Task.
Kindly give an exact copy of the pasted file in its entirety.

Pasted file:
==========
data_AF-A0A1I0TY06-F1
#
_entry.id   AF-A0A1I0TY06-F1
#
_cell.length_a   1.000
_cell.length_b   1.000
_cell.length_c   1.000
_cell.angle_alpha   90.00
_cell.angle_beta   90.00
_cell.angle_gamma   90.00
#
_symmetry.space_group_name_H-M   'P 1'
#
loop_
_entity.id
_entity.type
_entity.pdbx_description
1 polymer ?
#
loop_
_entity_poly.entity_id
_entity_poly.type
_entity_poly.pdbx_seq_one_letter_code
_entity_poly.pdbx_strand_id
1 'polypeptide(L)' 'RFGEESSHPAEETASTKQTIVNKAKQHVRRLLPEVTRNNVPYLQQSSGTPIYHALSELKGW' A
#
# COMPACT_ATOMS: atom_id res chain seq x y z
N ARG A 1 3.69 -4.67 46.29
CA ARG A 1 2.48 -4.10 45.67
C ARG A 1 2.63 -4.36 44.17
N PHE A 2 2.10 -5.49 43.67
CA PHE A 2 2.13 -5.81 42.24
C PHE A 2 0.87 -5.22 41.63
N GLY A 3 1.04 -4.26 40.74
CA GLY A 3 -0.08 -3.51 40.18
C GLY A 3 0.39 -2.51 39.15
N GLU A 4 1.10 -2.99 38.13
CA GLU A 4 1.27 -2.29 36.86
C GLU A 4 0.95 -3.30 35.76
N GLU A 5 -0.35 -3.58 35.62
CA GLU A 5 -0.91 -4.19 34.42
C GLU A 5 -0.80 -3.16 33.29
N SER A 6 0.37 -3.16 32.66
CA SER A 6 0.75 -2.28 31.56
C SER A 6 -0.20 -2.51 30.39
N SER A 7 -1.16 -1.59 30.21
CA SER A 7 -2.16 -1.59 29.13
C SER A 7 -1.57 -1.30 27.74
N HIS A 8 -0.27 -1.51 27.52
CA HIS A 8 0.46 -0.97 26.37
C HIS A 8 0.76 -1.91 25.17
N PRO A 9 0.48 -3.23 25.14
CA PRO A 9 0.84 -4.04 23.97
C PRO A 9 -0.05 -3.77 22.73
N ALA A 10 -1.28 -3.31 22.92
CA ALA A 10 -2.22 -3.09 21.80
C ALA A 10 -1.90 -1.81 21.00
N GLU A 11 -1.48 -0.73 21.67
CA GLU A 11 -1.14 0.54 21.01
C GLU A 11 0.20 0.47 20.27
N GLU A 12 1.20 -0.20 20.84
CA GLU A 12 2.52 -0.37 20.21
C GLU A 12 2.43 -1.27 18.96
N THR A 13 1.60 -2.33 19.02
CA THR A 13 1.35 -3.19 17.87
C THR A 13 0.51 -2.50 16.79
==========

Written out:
data_AF-A0A1I0TY06-F1
#
_entry.id   AF-A0A1I0TY06-F1
#
_cell.length_a   1.000
_cell.length_b   1.000
_cell.length_c   1.000
_cell.angle_alpha   90.00
_cell.angle_beta   90.00
_cell.angle_gamma   90.00
#
_symmetry.space_group_name_H-M   'P 1'
#
loop_
_entity.id
_entity.type
_entity.pdbx_description
1 polymer ?
#
loop_
_entity_poly.entity_id
_entity_poly.type
_entity_poly.pdbx_seq_one_letter_code
_entity_poly.pdbx_strand_id
1 'polypeptide(L)' 'RFGEESSHPAEETASTKQTIVNKAKQHVRRLLPEVTRNNVPYLQQSSGTPIYHALSELKGW' A
#
# COMPACT_ATOMS: atom_id res chain seq x y z
N ARG A 1 3.69 -4.67 46.29
CA ARG A 1 2.48 -4.10 45.67
C ARG A 1 2.63 -4.36 44.17
N PHE A 2 2.10 -5.49 43.67
CA PHE A 2 2.13 -5.81 42.24
C PHE A 2 0.87 -5.22 41.63
N GLY A 3 1.04 -4.26 40.74
CA GLY A 3 -0.08 -3.51 40.18
C GLY A 3 0.39 -2.51 39.15
N GLU A 4 1.10 -2.99 38.13
CA GLU A 4 1.27 -2.29 36.86
C GLU A 4 0.95 -3.30 35.76
N GLU A 5 -0.35 -3.58 35.62
CA GLU A 5 -0.91 -4.19 34.42
C GLU A 5 -0.80 -3.16 33.29
N SER A 6 0.37 -3.16 32.66
CA SER A 6 0.75 -2.28 31.56
C SER A 6 -0.20 -2.51 30.39
N SER A 7 -1.16 -1.59 30.21
CA SER A 7 -2.16 -1.59 29.13
C SER A 7 -1.57 -1.30 27.74
N HIS A 8 -0.27 -1.51 27.52
CA HIS A 8 0.46 -0.97 26.37
C HIS A 8 0.76 -1.91 25.17
N PRO A 9 0.48 -3.23 25.14
CA PRO A 9 0.84 -4.04 23.97
C PRO A 9 -0.05 -3.77 22.73
N ALA A 10 -1.28 -3.31 22.92
CA ALA A 10 -2.22 -3.09 21.80
C ALA A 10 -1.90 -1.81 21.00
N GLU A 11 -1.48 -0.73 21.67
CA GLU A 11 -1.14 0.54 21.01
C GLU A 11 0.20 0.47 20.27
N GLU A 12 1.20 -0.20 20.84
CA GLU A 12 2.52 -0.37 20.21
C GLU A 12 2.43 -1.27 18.96
N THR A 13 1.60 -2.33 19.02
CA THR A 13 1.35 -3.19 17.87
C THR A 13 0.51 -2.50 16.79